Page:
News Story

The Conservative Evolution of Randy Richardville

The future majority leader of the Michigan Senate wants his critics to know that he is no liberal

Randy Richardville says he is tired of being described as a liberal Republican. The Michigan Republican state senator from Monroe says those critics are living in the past.

"You have to look at the big picture and not just pick apart my voting record from six years ago," Richardville said.

Richardville will become one focal point of the Republican chance to turn around Michigan when he ascends to the position of Senate Majority Leader. The decision will be made Tuesday and Richardville said he has no opposition.

He says his recent voting ratings don't support his label of liberal Republican. Richardville got a 96 percent rating from the Michigan Chamber of Commerce. That rating measures how supportive Richardville was of legislation involving key "business climate" issues.

The National Federation of Independent Businesses gave Richardville a perfect 100 percent score for his votes in the last session.

"The guy had a 100 percent voting record. That's tough to beat," said Charlie Owens, director of the Michigan chapter of the NFIB. "I know there are some concerns because he sided with organized labor on some issues. Overall, he's been good to work with. We are not going to have a problem with him."

Richardville said he is more conservative.

"I have moved further to the right than I used to be," Richardville said.

Part of the reason is that his Senate district (17th) is more conservative than his House district (56th), he says.

Richardville said he is extremely conservative on issues such as abortion (pro-life) and gun rights.

He has supported union legislation.

As a recent example, he co-sponsored Senate Bill 731, legislation that would transfer $6.6 million in taxpayer money to the SEIU government employee union. It did it by creating a government "employer" for about 42,000 individuals who are hired by elderly or disabled Medicaid recipients. The Mackinac Center has filed a lawsuit over a similar set- up involving home day care providers.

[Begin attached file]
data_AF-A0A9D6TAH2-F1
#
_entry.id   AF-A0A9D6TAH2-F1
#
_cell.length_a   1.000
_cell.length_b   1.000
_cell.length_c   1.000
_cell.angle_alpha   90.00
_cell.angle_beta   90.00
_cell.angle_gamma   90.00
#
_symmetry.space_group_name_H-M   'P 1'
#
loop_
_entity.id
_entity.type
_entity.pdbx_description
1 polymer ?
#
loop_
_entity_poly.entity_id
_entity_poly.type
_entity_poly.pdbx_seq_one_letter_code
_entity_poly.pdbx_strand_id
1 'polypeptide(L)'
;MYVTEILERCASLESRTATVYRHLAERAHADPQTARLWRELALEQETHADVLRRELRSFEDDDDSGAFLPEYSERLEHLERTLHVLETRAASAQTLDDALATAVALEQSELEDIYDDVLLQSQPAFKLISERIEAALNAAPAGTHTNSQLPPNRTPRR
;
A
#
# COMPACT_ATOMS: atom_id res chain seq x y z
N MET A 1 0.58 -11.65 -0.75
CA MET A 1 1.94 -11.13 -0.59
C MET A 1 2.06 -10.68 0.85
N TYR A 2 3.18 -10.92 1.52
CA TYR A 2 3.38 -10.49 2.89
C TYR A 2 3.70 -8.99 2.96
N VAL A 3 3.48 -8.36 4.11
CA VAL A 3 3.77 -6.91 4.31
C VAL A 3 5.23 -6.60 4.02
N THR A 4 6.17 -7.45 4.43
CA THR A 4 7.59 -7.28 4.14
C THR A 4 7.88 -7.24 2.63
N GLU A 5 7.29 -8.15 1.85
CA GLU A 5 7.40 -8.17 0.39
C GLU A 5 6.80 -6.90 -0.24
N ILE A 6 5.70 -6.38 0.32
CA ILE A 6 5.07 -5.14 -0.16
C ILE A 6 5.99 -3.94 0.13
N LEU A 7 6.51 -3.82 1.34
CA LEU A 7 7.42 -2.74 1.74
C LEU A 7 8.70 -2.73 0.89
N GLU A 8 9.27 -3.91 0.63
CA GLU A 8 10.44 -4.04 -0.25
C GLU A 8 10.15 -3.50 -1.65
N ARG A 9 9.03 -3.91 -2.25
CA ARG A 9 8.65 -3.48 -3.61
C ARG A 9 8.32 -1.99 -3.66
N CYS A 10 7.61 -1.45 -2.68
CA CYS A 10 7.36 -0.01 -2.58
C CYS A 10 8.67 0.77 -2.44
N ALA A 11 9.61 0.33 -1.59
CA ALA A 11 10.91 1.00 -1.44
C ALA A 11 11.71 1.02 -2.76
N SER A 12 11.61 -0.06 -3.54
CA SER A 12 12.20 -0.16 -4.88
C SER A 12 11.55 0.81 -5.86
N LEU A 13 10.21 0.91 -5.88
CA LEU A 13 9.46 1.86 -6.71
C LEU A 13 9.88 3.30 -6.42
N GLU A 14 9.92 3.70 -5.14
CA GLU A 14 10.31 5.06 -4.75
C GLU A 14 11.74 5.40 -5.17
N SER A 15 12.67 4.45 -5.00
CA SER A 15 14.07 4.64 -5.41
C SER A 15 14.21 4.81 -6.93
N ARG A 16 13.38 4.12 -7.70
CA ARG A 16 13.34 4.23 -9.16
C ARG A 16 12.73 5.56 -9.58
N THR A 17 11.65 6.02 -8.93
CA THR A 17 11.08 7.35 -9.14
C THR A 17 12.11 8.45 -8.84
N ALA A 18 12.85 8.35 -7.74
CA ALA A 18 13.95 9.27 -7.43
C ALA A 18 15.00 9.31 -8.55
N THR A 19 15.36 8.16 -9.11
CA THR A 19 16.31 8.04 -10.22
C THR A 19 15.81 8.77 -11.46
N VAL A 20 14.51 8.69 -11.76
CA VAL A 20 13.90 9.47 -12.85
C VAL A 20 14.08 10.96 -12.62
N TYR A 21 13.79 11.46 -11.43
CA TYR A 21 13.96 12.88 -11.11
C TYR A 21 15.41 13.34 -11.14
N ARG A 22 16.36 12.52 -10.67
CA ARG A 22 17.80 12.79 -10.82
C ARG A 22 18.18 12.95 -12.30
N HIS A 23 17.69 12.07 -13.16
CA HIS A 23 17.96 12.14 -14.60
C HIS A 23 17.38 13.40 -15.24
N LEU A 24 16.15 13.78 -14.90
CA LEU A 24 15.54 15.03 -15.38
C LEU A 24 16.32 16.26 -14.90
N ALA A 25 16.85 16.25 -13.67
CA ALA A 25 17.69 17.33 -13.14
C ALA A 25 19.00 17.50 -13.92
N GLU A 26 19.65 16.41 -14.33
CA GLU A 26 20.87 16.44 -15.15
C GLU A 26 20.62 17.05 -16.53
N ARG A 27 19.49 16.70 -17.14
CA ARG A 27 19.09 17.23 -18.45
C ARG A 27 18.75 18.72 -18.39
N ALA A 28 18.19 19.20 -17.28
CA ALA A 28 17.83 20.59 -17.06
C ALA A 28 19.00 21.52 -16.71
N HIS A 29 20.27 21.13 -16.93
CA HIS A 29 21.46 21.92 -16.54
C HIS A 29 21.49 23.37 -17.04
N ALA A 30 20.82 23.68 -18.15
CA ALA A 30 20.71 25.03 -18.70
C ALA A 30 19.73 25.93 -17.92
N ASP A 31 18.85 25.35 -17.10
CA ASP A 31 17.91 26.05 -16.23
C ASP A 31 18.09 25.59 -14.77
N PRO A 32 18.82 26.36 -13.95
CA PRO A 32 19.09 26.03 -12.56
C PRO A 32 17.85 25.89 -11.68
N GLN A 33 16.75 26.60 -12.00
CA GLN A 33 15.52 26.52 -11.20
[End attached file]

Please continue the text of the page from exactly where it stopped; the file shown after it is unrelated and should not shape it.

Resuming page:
And during the most recent election cycle, he received at least $3,300 from the Michigan Education Association, the state's largest public school employee union. Only one incumbent Republican lawmaker appears to have received more money from this union during the recent election cycle: Sen. Roger Kahn of Saginaw.

"I don't see unions as being evil," Richardville said. 'If you want to work in Michigan, I'm probably going to support you. Sometimes working with unions helps get them back to work. ... Some people on the far right want to throw anyone out because they work for a union organization. That's not me."

Once thought to be a solidly blue state, Michigan's politics dramatically shifted this year with the rise of the tea party movement. In 2008, Presidential candidate John McCain pulled out of Michigan well before Election Day. But just two years later, the GOP will seize control the state House, grab a huge majority in the Senate, take control of the governor's office, and win a majority in the state's Congressional delegation.

Richardville said he is proud of the tea party. Some from that movement are taking a wait-and-see approach with Richardville.

Norm Hughes, a member of the North Oakland Tea Party Patriots, says he has heard concerns about Richardville's past voting record.

"I am concerned that many conservative leaders have expressed fears Mr. Richardville has been chummy with large labor organizations and may not move right to work, or school reform, or an initiative to require public employees to contribute to their insurances or pensions, or a part time legislature, or badly needed changes in taxation, meaningful reductions in state spending, or other conservative initiatives," Hughes wrote in an e-mail.

"With Republicans in control of all branches of government, this is not the time to be timid. The people have spoken and we demand our governments cut costs and revert to the core principles of limited government. We hope Mr. Richardville will establish key conservative members among the leadership team and as key committee chairs. We hope we can develop a dialogue and working relationship with Mr. Richardville and the supermajority in the Senate to try to move Michigan to a state again open for business and the jobs that businesses create."

Michigan Capitol Confidential is the news source produced by the Mackinac Center for Public Policy. Michigan Capitol Confidential reports with a free-market news perspective.